mig men to God through a resemblance to himself. Jesus was to Trinitarians not principally as the Inspirer of virtue, aut quickener of holiest affections, the guide of the heavenound spirit; but as bearing on his own person the punishment due to their sins, and as performing in his own person the righteousness that is imputed to them, and being transferred, by an act of faith, makes good their claim to Heaven. Now these notions of Heaven regard it as so much property, which one person may purchase and transfer to another. Christ, by an act of self-sacrifice, becomes the purchaser of Heaven, and gives a right of settlement in the blessed land to every one who consents to regard his death as a substitution for his own punishment, and his righteousness as a substitution for his own virtues. There is no flattering unction that could be laid to the soul, no drug to stupify its life, that could more thoroughly turn it away from the spiritual nur. poses of Jesus.t He lived that men might know their own mature, and work out its glory for themselves. He lived that de might rescue that nature from low views of its duties oma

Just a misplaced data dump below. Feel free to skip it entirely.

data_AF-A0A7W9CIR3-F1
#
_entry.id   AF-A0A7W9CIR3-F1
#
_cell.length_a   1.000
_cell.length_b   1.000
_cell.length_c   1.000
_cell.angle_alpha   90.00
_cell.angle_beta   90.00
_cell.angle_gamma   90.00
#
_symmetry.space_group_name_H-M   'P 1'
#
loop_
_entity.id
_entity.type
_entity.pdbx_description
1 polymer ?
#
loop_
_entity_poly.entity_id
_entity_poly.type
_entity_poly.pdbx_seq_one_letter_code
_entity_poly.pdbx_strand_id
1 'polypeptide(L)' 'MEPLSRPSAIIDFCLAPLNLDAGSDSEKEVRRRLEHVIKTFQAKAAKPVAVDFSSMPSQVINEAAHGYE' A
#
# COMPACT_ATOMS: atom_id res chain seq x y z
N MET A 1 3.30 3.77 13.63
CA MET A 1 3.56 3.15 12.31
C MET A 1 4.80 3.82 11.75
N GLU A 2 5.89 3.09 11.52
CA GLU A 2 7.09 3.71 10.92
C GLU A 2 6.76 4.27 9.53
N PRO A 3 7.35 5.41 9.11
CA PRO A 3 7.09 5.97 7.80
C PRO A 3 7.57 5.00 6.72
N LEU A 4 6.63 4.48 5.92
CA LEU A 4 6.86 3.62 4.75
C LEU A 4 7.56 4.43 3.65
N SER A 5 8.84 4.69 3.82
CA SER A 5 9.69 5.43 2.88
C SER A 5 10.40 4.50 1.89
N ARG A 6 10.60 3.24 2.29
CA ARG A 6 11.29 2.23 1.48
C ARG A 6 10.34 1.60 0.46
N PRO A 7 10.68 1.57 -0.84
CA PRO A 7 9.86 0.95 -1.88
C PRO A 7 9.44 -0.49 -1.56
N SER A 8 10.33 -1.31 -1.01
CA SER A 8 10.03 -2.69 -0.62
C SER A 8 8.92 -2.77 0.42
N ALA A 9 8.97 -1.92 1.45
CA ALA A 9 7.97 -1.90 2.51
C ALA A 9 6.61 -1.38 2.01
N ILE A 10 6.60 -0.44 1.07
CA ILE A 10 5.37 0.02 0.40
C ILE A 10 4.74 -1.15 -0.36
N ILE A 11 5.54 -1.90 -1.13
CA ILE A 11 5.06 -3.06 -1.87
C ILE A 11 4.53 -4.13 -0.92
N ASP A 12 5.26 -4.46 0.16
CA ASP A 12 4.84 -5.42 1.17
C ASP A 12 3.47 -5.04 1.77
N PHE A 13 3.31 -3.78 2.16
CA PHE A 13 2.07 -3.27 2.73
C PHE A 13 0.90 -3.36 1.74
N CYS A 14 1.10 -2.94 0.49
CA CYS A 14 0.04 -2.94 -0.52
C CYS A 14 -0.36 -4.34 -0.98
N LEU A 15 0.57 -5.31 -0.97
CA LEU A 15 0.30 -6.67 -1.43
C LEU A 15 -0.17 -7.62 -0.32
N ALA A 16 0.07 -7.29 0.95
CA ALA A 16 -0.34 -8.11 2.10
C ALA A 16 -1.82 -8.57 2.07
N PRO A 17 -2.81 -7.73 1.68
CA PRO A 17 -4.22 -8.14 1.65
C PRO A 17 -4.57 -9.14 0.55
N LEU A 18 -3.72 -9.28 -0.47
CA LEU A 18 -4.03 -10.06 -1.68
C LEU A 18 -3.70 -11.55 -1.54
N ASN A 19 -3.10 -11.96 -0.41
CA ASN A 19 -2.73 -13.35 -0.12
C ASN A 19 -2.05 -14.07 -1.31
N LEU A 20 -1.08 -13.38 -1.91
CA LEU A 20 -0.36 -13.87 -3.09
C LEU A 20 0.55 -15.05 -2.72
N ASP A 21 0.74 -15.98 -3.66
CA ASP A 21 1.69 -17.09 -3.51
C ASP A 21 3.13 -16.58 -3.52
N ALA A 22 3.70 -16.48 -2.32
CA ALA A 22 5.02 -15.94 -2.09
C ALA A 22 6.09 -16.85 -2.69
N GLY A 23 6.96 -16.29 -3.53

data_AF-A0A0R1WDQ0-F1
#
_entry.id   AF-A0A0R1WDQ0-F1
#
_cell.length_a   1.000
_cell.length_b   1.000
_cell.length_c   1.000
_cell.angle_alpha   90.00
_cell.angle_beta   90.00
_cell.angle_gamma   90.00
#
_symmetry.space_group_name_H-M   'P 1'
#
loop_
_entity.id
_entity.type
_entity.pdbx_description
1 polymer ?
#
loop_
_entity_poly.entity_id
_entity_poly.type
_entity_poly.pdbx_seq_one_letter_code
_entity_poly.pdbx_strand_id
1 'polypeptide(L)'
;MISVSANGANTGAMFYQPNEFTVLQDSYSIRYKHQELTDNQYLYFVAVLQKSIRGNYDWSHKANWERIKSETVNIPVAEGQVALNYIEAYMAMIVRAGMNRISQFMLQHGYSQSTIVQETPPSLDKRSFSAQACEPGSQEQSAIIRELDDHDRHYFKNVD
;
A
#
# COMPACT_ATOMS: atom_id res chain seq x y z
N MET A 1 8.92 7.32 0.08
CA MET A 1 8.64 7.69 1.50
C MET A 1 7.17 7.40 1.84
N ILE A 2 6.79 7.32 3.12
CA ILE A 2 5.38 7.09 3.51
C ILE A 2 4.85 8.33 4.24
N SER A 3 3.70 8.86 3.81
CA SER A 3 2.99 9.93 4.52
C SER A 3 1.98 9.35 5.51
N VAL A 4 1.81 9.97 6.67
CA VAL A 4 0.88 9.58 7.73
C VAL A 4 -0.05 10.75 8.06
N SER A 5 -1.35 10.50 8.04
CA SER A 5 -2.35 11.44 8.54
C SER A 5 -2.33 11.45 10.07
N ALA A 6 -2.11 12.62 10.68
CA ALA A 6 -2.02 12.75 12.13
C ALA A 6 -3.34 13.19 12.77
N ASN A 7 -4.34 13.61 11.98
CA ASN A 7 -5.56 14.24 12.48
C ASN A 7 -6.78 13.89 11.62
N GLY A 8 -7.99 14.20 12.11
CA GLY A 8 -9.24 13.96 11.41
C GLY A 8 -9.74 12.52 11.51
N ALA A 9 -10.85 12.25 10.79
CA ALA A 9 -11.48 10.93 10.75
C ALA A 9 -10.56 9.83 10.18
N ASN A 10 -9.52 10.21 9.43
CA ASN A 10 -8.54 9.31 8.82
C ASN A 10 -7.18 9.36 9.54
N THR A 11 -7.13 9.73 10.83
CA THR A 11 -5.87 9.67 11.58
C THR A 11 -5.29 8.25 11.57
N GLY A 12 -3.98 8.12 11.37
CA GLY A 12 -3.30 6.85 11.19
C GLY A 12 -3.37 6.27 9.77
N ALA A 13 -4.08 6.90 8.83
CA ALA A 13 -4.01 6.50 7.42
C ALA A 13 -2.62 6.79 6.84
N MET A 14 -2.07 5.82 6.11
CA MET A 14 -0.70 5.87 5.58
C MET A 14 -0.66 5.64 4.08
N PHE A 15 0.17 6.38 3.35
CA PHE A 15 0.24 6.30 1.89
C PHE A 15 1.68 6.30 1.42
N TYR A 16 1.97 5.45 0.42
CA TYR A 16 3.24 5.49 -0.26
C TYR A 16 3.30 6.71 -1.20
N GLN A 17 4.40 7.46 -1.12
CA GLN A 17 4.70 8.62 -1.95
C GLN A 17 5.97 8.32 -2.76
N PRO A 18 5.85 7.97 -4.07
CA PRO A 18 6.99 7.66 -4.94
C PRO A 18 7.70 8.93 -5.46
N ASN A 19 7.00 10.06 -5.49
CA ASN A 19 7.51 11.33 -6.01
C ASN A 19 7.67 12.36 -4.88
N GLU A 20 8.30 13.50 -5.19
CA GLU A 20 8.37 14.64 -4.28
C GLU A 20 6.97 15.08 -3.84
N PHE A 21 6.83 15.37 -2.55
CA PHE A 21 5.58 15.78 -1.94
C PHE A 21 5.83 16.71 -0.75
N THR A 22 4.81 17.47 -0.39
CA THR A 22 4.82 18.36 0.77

powers, by showing humanity in the image of God. te his cross that men might look to Calvary and beha e moral heroism of the meekest heart when it truste

; with what serenity a filial faith can pass through ssitudes of severest trial, and take the cup from +2 a of a Father, though he presents it from out the darle e of his providence. He died, because Death crossed hi

of Duty, and not to turn aside was part of his loyalt le Spirit of Truth, “ for this cause was I born, and for Cause came I into the world, that I should bear witnese the truth;"—he died that earth and heaven might unite

fi uences on the human soul treading an uninterrupted to God, that its light might come from beyond the Romxiv. 17.

+ Note.

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grave, and its hope from the peace of a world that is never
troubled ; and yet, alas ! for the perversion-men are found
to stand beneath the cross, and so far to mistake the spirit
of the celestial sufferer, as to appropriate, to transfer to them-
selves, by an act of faith, its moral character, and to call
themselves the redeemed of Christ. Surely there is a “prac-
tical importance” in the Unitarian controversy, if it warns
men against these notions of substitution, these unspiritual
views of Heaven and Christ. The worst of all delusions is
that which turns us away from inward holiness, inward qua-
lifications for Heaven, and holds out to our too-ready grasp